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Keeping Chickens in Bermuda

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According to the Government of Bermuda’s Feral Chicken Management Plan, chickens were first introduced to Bermuda by settlers as a food supply and by 1620 it was already common for most households to have a flock of semi-wild chickens roaming around in the yard.

Although keeping chickens dramatically decreased in popularity once refrigeration and modern shipping methods became readily available, people are once again taking an interest in raising chickens in part due to an increased awareness in the benefits of organic food of all types, and in part due to the spiralling cost of eggs and groceries in general as a result of the pandemic.

While chickens can be surprisingly simple to care for once established, “keeping chickens” at home is entirely different from feeding feral chickens when you visit the park, (a practice which although well-intentioned, you must not engage in because it just compounds an ongoing problem by encouraging our enormous feral population to continue breeding).

What is the correct way to care for chickens at home?

It is important to understand that domesticated (or farmyard birds) are a lifelong responsibility just like cats and dogs, and it is actually illegal to allow them wander away from your property or release them into a park or golf course if you lose interest or are no longer able to care for them.

That said, done correctly, keeping chickens can be a highly enjoyable activity that the whole family can assist with – in addition to being a continuous source of nutritious organic eggs.

I reached out to Shannon DeCosta who operates Little Cluckers Farm and the Bermuda Facebook Group “Just Chickens” (a page full of advice for anyone considering raising chickens).

Ms. DeCosta first began raising chickens when her young daughter Selena arrived home one day with six baby chicks that she had scooped up on the side of the road. Realizing that she could not simply turn them loose again because they had been separated from their mother, she adopted them as pets.


Chickens can only regulate their body temperature through their feet so in Bermuda’s hot climate it’s important to provide them with a shaded, ventilated, fully fenced environment which gives them space to roam about and also provides adequate protection from predators and extreme weather.

“This can be as simple as a DIY wire enclosure with a wooden nesting box and a couple of tree branches for roosts, or a fancy purpose-built chicken coop,” says Ms. DeCosta. “When Selena’s chicks were very small, we initially kept them in a plastic tub in the house, and as they grew, we put them in larger and larger containers until they were big enough to be transferred outside.”


Interestingly chickens cannot see in the dark so they will naturally put themselves to bed at sunset and sleep continuously until sunrise. But even in a fully enclosed area, they need an elevated place to sleep so that they can feel safe from predators.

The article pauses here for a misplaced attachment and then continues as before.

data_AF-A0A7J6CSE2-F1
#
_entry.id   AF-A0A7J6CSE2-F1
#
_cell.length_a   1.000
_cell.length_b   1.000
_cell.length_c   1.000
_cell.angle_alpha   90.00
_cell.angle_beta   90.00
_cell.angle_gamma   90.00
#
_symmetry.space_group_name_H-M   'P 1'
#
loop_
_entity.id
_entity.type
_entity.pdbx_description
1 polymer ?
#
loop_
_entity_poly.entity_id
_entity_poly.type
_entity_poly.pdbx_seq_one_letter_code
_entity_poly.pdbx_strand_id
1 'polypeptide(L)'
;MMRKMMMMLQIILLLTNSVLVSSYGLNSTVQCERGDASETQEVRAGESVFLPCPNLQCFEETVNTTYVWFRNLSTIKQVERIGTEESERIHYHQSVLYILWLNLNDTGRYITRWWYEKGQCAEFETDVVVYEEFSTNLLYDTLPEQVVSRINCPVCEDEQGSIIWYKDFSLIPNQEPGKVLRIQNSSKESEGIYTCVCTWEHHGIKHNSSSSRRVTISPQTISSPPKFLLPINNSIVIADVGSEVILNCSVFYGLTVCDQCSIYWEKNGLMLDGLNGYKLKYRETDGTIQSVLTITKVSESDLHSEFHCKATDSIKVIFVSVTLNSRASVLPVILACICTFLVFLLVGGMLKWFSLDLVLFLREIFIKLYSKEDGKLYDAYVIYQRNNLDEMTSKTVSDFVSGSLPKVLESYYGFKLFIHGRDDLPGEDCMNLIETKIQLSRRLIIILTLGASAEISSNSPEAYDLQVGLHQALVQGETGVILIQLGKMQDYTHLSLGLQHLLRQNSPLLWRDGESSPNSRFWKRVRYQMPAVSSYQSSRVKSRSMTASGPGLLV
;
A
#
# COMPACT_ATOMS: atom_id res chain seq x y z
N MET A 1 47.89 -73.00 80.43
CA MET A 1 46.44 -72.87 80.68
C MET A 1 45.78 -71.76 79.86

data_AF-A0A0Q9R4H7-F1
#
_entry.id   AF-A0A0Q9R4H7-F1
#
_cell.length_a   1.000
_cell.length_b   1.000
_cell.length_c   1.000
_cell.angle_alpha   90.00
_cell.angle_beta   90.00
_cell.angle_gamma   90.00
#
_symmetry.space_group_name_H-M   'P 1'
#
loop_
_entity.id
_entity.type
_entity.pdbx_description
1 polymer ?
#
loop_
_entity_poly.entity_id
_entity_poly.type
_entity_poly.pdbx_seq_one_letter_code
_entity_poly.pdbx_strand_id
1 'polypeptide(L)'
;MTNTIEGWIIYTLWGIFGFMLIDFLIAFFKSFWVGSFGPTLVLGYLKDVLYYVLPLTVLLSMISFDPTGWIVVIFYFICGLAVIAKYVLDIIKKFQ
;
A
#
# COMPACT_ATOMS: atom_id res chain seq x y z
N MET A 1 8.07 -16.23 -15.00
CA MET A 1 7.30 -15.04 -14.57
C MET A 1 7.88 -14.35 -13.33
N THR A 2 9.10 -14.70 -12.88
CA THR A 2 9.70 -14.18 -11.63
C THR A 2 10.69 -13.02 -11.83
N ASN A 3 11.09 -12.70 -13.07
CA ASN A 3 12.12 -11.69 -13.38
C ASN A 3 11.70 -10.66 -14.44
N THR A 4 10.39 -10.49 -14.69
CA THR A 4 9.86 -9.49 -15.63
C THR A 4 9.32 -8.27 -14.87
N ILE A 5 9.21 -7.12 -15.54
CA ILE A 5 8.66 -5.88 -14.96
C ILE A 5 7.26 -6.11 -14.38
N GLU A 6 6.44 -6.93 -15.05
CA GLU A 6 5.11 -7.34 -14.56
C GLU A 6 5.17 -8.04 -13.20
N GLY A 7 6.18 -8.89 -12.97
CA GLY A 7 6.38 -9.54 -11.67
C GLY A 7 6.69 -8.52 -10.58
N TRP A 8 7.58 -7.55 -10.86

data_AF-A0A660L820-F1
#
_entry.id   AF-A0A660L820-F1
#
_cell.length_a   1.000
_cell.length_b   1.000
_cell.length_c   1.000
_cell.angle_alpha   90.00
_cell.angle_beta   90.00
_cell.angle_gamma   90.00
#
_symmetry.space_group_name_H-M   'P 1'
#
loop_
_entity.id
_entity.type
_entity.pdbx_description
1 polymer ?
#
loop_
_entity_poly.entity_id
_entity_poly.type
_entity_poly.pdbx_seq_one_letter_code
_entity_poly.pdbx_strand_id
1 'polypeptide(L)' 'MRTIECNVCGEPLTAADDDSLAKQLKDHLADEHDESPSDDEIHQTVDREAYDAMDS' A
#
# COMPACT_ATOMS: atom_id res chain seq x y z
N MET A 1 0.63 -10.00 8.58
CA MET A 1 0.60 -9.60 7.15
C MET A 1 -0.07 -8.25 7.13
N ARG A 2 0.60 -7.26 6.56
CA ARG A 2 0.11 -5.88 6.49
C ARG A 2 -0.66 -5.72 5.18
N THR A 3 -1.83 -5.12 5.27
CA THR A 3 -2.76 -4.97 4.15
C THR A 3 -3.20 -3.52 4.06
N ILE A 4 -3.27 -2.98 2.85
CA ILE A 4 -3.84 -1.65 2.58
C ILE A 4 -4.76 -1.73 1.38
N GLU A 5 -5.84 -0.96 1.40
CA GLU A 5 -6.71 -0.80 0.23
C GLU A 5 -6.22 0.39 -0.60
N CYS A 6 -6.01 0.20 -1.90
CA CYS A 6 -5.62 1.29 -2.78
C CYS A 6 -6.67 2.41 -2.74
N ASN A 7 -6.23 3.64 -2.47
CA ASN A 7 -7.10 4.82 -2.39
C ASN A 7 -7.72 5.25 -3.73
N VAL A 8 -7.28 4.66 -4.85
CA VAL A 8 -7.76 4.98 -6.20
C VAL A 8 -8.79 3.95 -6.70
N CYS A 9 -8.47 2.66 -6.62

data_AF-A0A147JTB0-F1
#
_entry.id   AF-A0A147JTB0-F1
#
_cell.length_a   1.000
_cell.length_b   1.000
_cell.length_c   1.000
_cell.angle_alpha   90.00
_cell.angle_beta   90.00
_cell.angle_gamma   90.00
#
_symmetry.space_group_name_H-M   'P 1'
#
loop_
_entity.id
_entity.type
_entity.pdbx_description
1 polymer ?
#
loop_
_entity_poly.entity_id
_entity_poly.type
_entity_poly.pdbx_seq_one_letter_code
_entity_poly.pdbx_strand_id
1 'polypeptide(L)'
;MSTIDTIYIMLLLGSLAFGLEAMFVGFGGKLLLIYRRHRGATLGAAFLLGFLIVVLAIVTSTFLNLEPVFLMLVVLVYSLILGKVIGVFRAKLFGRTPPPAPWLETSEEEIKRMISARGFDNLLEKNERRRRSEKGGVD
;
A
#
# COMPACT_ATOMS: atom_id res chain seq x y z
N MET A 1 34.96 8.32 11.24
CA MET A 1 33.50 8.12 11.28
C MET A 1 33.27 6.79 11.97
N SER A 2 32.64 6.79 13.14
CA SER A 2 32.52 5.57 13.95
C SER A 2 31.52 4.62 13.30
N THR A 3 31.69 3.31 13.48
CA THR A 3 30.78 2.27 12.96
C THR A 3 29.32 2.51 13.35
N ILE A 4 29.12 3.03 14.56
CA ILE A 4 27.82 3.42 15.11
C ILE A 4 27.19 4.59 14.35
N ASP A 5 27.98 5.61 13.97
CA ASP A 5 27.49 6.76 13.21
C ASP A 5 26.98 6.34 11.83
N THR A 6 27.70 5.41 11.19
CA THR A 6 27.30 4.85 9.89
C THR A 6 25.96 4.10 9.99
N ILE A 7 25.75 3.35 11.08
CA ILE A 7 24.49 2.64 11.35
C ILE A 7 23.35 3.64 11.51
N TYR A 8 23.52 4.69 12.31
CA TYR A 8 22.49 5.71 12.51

Once domesticated, all hens will lay eggs on a regular basis although the quantity of eggs does vary from breed to breed. A Rhode Island Red hen, for example, will typically lay an egg every day, while other breeds usually lay about four eggs a week.

A chicken who feels a strong urge to hatch eggs is referred to as being “broody”. When a chicken is feeling broody, she will stop laying eggs and sit in her nesting box all day every day for about 21 days – only emerging for 20-30 minutes once a day in order to eat and drink.

If she is allowed to sit on eggs during this time, these eggs will eventually hatch and on average the mother hen will care for the chicks for 4-8 weeks until they are old enough to fend for themselves.


Chickens are omnivores and will eat just about anything. Ms. DeCosta recommends a mixture of feed from Noah’s Ark (which stocks just about everything that your chickens could ever need) as well as food scraps such as apples, lettuce, watermelon rind and corn on the cob. They are also natural foragers and will often scratch and peck at the ground to supplement their diet with insects, worms, and small plants.

“It is also important to provide your chickens with plenty of fresh water every day,” says Ms. DeCosta, “Both because they drink quite a bit in Bermuda’s heat, but also because they often like to stand in their water bowls to cool themselves down”.


As you might imagine, properly managing chicken waste is important to prevent odour and potential health issues. Make sure that you layer the bottom of their containment area with sawdust or wood shavings and change it on a regular basis to prevent the spread of disease.

“Learning about composting chicken manure is a great way to cut down on waste and has the added benefit of creating nutrient-rich organic fertilizer for your garden”, says Ms. DeCosta.

Do feral chickens make good domestic pets?

To some extent this might depend on who you ask. In Ms. DeCosta’s case the feral chicks that she and Selena adopted off the side of the road not only provided great entertainment, but they also grew up to be better egg producers than many of the domestic breeds she later paid for.

“Just be sure that you are properly prepared to give them a ‘forever home’ before taking them in,” she cautioned.

Keeping chickens can be an educational and enjoyable hobby for the whole family which provides fresh eggs and increases food security. For Ms. DeCosta her interest in egg production has even grown into a small business and she currently supplies eggs to The Tuck Shop on Middle Road Southampton.

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